I really underestimated how long it would take to property finish this cardigan. I met my deadline with the knitting, and started seaming the shoulders to the back on Friday night. That took a while, but I figured the sleeves would be relatively quick to do. So on Saturday, I sat out in the sunshine and set in the sleeves. It took me four hours. I had to unpick the sleeve seams a few times to try and make them as tidy as possible. The pattern is really well written, but one thing I think it would benefit from is instructions on the best way to do all of the seams. I kind of guessed my way through and I think it looks okay, but I'm sure I could have done a better job with a bit of guidance from the designer, to see what techniques she used.
Evening though it took a while, I was okay with it. All I had to do then was pick up stitches for the front and neckband ribbing and knit like eight rows. Except that it was 400 more stitches (way more than I expected) and another couple of hours. Saturday night was consumed by Netflix and Knit, which I'm totally cool with, but I had hoped to at least get it washed and on a blocking mat on Saturday, to give it as much drying time as possible.
By midnight, it was all done.
I gave it a bath and soak this morning, and had it out in the sunshine to make the most of the extremely good spring weather we're currently having. Once dry, I spent a good hour weaving in the final ends and I'm happy with the result.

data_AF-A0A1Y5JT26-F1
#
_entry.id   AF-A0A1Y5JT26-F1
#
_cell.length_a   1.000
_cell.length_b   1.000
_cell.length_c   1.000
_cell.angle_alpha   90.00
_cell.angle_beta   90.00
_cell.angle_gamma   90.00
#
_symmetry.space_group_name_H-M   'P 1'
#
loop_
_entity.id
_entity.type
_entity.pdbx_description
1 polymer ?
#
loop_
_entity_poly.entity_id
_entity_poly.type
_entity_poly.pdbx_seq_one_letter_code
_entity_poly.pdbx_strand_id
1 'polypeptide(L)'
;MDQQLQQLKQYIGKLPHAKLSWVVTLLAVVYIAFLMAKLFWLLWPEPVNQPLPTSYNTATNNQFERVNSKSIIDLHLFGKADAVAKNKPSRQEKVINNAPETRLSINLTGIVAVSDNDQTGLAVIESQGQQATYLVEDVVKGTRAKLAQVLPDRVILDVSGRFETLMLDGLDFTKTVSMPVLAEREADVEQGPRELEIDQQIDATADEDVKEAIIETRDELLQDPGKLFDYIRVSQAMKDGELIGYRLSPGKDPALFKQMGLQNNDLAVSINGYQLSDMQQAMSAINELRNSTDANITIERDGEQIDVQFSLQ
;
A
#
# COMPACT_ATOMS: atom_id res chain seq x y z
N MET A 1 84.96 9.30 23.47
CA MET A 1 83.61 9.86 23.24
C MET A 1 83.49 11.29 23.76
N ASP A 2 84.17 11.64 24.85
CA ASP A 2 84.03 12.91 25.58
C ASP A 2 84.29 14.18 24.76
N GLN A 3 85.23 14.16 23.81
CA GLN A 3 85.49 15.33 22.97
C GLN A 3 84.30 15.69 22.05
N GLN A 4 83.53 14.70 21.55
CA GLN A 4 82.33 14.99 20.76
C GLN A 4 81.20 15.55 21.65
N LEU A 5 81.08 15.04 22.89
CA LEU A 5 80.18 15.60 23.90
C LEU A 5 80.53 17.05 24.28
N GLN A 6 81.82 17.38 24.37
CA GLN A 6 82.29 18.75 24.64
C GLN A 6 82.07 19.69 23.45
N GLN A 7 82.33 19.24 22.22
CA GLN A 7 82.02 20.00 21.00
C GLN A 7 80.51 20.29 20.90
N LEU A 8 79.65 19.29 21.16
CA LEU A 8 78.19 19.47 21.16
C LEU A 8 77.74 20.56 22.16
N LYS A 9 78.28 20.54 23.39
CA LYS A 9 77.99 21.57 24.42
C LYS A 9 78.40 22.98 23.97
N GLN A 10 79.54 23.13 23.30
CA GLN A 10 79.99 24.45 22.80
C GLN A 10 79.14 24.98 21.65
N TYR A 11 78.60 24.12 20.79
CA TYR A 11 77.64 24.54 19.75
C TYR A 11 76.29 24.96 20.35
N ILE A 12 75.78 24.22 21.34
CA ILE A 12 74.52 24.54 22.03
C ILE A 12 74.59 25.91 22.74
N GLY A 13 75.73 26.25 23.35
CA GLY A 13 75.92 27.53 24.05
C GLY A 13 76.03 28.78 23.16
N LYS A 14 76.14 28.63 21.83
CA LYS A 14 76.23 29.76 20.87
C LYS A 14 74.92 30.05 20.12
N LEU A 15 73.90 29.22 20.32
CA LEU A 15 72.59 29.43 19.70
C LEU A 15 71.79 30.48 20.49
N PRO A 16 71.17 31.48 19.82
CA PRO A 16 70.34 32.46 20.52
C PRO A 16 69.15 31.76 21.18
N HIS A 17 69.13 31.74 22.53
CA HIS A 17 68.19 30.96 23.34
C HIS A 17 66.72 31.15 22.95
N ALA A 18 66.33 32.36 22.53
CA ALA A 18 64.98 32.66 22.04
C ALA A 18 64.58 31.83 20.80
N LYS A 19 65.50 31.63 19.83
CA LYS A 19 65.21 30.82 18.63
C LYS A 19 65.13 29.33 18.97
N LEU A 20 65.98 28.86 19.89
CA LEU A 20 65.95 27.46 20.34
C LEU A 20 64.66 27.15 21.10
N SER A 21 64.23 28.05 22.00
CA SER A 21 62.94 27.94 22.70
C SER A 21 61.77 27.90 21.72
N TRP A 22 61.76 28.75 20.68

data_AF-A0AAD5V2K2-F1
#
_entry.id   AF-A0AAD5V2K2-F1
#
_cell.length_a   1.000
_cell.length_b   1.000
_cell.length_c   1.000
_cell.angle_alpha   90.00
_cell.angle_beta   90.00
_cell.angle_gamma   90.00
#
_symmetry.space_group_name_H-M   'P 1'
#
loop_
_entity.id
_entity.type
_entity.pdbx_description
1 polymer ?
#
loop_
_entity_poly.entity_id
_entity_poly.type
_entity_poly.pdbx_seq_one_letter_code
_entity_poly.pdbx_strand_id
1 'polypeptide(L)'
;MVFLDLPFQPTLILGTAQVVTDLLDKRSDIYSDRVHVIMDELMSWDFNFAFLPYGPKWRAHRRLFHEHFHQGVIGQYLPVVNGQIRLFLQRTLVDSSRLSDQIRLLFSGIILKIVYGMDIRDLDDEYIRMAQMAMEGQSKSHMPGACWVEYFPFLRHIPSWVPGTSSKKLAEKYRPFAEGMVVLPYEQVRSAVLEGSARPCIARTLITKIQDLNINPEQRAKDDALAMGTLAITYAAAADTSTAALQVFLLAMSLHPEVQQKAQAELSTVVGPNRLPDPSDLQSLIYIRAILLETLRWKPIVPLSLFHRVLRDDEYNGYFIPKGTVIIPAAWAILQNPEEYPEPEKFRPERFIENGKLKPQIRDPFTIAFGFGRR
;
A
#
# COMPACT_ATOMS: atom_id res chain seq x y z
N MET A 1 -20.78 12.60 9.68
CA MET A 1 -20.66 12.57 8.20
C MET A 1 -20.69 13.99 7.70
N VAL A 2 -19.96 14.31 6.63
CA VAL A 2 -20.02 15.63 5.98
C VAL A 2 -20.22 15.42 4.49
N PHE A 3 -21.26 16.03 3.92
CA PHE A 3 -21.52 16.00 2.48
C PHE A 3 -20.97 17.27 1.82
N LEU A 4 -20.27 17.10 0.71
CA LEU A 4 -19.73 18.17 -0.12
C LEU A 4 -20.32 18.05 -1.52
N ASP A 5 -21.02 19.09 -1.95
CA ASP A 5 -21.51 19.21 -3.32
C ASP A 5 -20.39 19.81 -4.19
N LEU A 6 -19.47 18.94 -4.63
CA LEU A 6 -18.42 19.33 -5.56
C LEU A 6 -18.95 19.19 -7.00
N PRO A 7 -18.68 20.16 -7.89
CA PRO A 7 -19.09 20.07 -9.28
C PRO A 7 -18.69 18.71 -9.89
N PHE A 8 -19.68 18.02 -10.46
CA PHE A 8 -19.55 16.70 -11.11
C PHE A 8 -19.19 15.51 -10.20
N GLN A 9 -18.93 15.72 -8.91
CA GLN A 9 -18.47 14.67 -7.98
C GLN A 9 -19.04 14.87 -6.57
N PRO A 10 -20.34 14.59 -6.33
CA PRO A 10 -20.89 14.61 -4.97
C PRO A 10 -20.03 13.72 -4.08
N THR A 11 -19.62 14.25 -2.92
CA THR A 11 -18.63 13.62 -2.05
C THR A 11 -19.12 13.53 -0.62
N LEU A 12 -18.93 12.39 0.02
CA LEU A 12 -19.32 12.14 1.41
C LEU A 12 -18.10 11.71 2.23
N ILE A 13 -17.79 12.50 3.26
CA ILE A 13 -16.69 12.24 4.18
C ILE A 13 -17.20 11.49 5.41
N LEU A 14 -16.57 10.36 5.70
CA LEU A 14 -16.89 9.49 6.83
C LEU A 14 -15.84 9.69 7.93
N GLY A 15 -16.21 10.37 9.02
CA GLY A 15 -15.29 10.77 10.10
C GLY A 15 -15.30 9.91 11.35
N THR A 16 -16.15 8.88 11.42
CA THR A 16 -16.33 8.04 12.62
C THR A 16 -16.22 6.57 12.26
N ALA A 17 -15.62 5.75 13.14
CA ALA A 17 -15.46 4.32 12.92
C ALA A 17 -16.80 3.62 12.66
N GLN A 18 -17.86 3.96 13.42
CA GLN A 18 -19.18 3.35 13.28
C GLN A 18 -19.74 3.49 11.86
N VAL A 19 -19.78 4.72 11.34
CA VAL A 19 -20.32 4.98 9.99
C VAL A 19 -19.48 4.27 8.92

I've only ever used Outlaw Yarns' Vanitas DK for accessories before, but I will definitely be using it again for garments. It is so incredibly soft and warm, without feeling too heavy. The pattern, by Gina Rockenwagner for Pompom Quarterly Issue 16, was really well written and clear. Aside from the seaming questions I have, I found the pattern easy to follow and I'd recommend it to others.
I'm sure this is going to get a lot of wear. I can see it being worn to work and on the weekends, and I'm expecting it to become a staple in the wardrobe. Given it's a bit pink, this is quite odd for me, but as spring is coming and pastels become a big deal, this can only be a good thing.